UPDATE: Moments before Pete Carroll took the podium for what was to be an uneventful, farewell L.A. press conference, Yahoo Sports reported the USC has officially been notified by the NCAA that it will be meeting with the governing body on Feb. 19-21 to discuss the results of a nearly four-year NCAA investigation into Carroll’s USC football program.
According to typical NCAA procedures, if sanctions are necessary, they will be determined and then made public via a news conference within six to eight weeks of the February hearing.
Did that news have anything to do with Carroll leaving? Will it have an adverse affect on the school’s now-frantic coaching search?
Then there’s Michael McKnight of SI.com reporting today that Pete Carroll is involved in a civil lawsuit against one of his former assistant coaches.
Former USC assistant Dave Watson is being sued for over $1M in damages after crashing a USC-owned vehicle into another driver’s vehicle on an L.A. freeway in 2008. Watson was found to be severely impaired at the crash scene, under the influence of prescription medication. He later pleaded no contest to DUI charges.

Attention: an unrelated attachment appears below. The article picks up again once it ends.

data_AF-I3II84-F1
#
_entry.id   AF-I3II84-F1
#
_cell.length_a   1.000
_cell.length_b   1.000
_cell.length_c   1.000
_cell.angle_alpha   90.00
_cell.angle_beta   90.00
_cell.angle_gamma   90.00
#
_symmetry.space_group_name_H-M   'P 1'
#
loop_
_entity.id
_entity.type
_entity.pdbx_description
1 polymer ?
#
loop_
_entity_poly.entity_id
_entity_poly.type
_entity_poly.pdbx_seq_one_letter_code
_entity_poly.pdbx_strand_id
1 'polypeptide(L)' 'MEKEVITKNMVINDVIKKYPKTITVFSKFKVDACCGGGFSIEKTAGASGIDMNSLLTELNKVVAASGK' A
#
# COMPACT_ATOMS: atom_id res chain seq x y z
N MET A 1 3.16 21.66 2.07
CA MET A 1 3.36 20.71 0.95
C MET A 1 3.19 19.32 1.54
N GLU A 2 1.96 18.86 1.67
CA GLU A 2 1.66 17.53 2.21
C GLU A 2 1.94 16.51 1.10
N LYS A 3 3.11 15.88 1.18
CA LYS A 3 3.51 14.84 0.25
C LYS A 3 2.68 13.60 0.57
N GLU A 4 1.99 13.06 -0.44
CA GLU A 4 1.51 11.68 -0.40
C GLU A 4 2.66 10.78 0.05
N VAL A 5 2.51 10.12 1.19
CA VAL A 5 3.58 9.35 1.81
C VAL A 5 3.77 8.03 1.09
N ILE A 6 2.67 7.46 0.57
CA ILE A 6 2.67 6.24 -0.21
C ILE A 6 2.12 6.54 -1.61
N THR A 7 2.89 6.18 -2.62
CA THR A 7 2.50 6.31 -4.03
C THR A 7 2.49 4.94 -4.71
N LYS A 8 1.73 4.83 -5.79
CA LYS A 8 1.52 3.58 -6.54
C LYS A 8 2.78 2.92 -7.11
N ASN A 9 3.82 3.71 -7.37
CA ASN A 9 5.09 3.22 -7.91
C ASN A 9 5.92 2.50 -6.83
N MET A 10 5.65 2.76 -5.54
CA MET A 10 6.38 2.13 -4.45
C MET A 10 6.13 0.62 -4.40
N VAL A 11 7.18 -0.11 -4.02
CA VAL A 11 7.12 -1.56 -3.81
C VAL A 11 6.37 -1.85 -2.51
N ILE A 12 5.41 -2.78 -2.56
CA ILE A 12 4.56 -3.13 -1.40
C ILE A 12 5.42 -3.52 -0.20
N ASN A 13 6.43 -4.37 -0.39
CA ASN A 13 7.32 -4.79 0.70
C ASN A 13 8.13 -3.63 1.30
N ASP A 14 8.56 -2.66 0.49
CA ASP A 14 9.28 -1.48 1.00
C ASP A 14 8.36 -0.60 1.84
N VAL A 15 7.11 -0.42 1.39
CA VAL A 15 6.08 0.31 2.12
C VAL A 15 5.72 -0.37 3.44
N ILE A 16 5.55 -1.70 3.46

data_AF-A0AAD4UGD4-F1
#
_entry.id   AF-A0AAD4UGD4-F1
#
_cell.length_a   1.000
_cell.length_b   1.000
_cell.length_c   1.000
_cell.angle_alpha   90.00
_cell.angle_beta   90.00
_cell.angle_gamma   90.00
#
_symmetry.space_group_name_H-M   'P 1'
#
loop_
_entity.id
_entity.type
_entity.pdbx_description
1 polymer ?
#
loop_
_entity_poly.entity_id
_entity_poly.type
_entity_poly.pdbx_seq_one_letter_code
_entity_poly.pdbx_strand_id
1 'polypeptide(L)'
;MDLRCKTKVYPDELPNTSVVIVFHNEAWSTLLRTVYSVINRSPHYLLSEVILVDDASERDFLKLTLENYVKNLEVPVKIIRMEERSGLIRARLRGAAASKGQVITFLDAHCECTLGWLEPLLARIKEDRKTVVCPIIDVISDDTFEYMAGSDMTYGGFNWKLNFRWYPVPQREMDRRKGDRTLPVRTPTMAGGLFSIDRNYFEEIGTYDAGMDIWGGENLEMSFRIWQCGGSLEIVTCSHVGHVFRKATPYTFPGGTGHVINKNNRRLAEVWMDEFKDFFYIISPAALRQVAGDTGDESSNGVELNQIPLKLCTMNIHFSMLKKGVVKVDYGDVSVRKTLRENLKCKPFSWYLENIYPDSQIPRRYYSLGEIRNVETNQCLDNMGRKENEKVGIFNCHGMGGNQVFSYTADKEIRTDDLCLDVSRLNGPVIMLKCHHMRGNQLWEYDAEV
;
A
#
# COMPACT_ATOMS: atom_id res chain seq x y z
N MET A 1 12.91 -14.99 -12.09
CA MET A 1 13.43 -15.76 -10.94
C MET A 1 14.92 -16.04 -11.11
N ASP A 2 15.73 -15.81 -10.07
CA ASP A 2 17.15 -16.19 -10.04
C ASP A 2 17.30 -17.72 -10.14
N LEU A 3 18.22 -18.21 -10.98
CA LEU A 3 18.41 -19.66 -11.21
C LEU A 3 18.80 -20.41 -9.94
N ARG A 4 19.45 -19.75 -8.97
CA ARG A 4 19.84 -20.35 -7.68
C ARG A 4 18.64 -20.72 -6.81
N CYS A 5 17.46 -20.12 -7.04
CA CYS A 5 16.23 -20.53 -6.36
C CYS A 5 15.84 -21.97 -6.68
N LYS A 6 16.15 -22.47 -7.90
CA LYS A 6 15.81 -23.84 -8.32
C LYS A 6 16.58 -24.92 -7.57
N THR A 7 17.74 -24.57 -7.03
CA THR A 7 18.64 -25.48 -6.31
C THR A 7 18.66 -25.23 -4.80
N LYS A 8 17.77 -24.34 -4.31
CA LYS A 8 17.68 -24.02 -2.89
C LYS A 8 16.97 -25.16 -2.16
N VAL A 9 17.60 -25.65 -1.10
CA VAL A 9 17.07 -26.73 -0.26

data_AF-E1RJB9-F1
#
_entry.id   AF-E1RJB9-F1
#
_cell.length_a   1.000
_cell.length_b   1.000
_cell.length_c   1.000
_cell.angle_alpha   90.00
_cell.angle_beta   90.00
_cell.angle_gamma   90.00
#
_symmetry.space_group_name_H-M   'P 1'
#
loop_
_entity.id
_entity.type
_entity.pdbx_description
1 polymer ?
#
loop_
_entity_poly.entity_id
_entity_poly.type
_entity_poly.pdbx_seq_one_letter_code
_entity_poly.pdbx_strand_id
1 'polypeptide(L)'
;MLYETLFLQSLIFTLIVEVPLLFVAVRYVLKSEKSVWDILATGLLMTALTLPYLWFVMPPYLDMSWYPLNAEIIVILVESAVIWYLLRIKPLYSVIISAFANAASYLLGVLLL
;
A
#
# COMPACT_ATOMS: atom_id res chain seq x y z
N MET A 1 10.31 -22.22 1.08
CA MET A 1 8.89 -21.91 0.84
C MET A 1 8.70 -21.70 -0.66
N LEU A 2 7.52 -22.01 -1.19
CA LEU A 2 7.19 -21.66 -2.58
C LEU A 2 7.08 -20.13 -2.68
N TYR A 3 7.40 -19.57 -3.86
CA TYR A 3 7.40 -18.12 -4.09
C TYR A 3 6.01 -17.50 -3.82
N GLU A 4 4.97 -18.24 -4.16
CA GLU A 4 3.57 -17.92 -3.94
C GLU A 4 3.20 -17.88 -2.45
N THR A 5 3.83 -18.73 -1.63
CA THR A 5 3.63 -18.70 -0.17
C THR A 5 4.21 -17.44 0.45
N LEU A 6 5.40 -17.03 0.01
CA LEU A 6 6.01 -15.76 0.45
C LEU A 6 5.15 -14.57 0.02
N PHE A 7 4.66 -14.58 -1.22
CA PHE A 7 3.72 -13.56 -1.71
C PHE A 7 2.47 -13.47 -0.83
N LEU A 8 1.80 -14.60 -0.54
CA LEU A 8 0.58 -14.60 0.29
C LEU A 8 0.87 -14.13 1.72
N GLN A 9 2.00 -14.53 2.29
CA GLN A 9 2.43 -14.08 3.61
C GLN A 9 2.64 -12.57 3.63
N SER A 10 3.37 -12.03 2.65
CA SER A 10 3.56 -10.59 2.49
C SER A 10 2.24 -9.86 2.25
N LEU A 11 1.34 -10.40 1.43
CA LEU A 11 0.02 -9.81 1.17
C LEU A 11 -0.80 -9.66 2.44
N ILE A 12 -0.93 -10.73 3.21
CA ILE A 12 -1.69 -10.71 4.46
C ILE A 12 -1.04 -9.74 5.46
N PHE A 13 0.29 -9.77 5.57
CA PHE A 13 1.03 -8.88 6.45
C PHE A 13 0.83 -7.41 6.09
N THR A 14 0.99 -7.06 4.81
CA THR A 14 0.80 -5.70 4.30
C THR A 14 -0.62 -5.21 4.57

Watson rammed 54-year-old Alaric Valentin’s car from behind, and Valentin is suing Watson for, “medical bills, future medical bills, pain and suffering, and legal costs incurred by Valentin, who was scheduled to undergo a pre-surgery MRI on Jan. 18.”
Valentin’s attorney claims that Carroll knew of Watson’s painkiller addiction and did nothing about it, which in turn allegedly helped cause Watson’s DUI crash into Valentin.
Carroll is scheduled to be deposed for the lawsuit in the near future, with USC counsel having already delayed his appearance on numerous occasions. (And successful kept the matter out of the press to this point.)
Carroll is scheduled to face the media at 6p ET today. We’ll see if he’s asked about the case. If he is, he’ll surely say that it didn’t have anything to do with him leaving SC for Seattle.
According to two sources I talked to with knowledge of Carroll’s situation, Watson’s legal situation did not have a big impact on Carroll’s decision to leave. Sanctions yes, Watson thing, no.
Also it’s important to note that Watson was fired eight months after his accident, which Watson attributed under oath to his DUI and subsequent lawsuit. USC denies the charge.
I’ve been told be a USC staffer who worked with Watson that Watson was not well-liked by players and coaches and that he was in fact justifiably fired for poor job performance. The staff also told me that Watson was initially hired by Carroll as a favor to Lane and Monte Kiffin. Watson played high school football with Lane in Minnesota.
UPDATE: Carroll held a presser today in Los Angeles and wasn’t asked about the Watson case, though he sprinted off the podium after a limited number of questions.